When a statute which restricts speech is under attack for overbreadth, the existence of another legislative alternative which would further the goal of the challenged statute may be used to prove that the challenged statute is overbroad. Very recently, the Supreme Court decided a challenge to an ordinance in the District of Columbia. Boos v. Barry, ___ U.S. ___, 108 S. Ct. 1157, 99 L. Ed. 2d 333 (1988). The ordinance made it unlawful to, within 500 feet of a foreign embassy, display any sign that tends to bring the foreign government into "public odium or public disrepute." Noting that Congress had provided a less restrictive alternative, 18 U.S.C. § 112(b)(2), which served the same interest as the challenged ordinance, the Court wrote:

[W]e conclude that the availability of alternatives such as § 112 amply demonstrates that the display clause is not crafted with sufficient precision to withstand First Amendment scrutiny. It may serve an interest in protecting the dignity of foreign missions, but it is not narrowly tailored; a less restrictive alternative is readily available. Thus, even assuming for present purposes that the dignity interest is "compelling," we hold that the display clause of § 22-1115 is inconsistent with the First Amendment.

Boos, supra ___ U.S. at ___, 108 S. Ct. at 1168.

For example, section 42.01 of the penal code states:

(a) A person commits an offense if he intentionally or knowingly:

(1) uses abusive, indecent, profane, or vulgar language in a public place, and the language by its very utterance tends to incite an immediate breach of the peace;

(2) makes an offensive gesture or display in a public place, and the gesture or display tends to incite an immediate breach of the peace....

V.T.C.A. Penal Code, § 42.01 (emphasis added). The existence of a statutory scheme other than section 42.09 which addresses the same basic interest in a less restrictive manner indicates that the legislature is aware of and able to implement an alternative to the language of section 42.09. Section 42.01, like section 112 in Boos, proves that the challenged statute, as it relates to breaches of the peace, is too broad for First Amendment purposes.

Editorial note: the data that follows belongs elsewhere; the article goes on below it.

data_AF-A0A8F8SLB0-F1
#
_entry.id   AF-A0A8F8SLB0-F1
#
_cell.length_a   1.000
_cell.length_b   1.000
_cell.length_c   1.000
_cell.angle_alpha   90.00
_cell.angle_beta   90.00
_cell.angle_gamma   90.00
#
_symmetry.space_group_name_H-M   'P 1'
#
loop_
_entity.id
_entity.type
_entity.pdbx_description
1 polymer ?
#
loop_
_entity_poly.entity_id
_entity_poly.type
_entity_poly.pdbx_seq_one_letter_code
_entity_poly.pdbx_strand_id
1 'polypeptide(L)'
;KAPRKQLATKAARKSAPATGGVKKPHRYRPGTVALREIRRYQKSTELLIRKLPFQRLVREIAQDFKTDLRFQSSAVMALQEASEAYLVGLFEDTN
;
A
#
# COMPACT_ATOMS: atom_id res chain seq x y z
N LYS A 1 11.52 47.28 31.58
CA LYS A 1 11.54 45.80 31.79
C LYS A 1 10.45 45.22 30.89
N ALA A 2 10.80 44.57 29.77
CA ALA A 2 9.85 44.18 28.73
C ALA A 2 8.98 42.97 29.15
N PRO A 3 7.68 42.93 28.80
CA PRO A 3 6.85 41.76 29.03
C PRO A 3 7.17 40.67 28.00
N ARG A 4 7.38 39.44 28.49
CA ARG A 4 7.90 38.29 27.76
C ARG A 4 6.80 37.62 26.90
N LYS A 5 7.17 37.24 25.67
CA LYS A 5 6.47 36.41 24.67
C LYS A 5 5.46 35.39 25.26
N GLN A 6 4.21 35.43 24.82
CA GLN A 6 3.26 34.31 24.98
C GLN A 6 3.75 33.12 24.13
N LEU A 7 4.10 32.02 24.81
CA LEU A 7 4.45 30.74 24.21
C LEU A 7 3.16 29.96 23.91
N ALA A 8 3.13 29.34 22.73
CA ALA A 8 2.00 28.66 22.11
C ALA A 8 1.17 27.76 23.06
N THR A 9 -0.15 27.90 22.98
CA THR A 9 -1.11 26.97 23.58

The second interest asserted by the State is that of preserving the flag as a symbol of unity. In Spence, supra, the Court refused to decide the validity of a state's interest in preserving the flag as a national symbol. Id. 418 U.S. at 413-14, 94 S. Ct. at 2731-32. Instead, the Court assumed arguendo the validity of the interest, and held Washington's flag misuse statute to be unconstitutional. Id. at 414-15, 94 S. Ct. at 2732-33.[8] The Supreme Court specifically reserved judgment on the question of flag desecration. This indicates that precedent prior to Spence does not necessarily require rejecting the State's interest in preserving the flag as a symbol. There is some precedent, however, which seems to indicate the weight this interest might be given in a balancing process.

In Barnette, supra, the parents of a child complained of a West Virginia law requiring children to salute the flag and recite the Pledge of Allegiance. Failure to comply resulted in suspension from school. The goal of the West Virginia statute was to promote national unity. In order for *97 this interest to be sufficient to abridge activity protected by the First Amendment, it must be necessary to prevent "grave and immediate danger" to that interest.[9] In testing this asserted state interest, we will examine its propriety and then the immediacy of the danger to the interest.

The interest asserted in Barnette is distinguishable from the State's desire to preserve the flag as a symbol of national unity. The two goals, however, are sufficiently similar that the Supreme Court's discussion of promoting national unity is relevant to our decision. Justice Jackson wrote: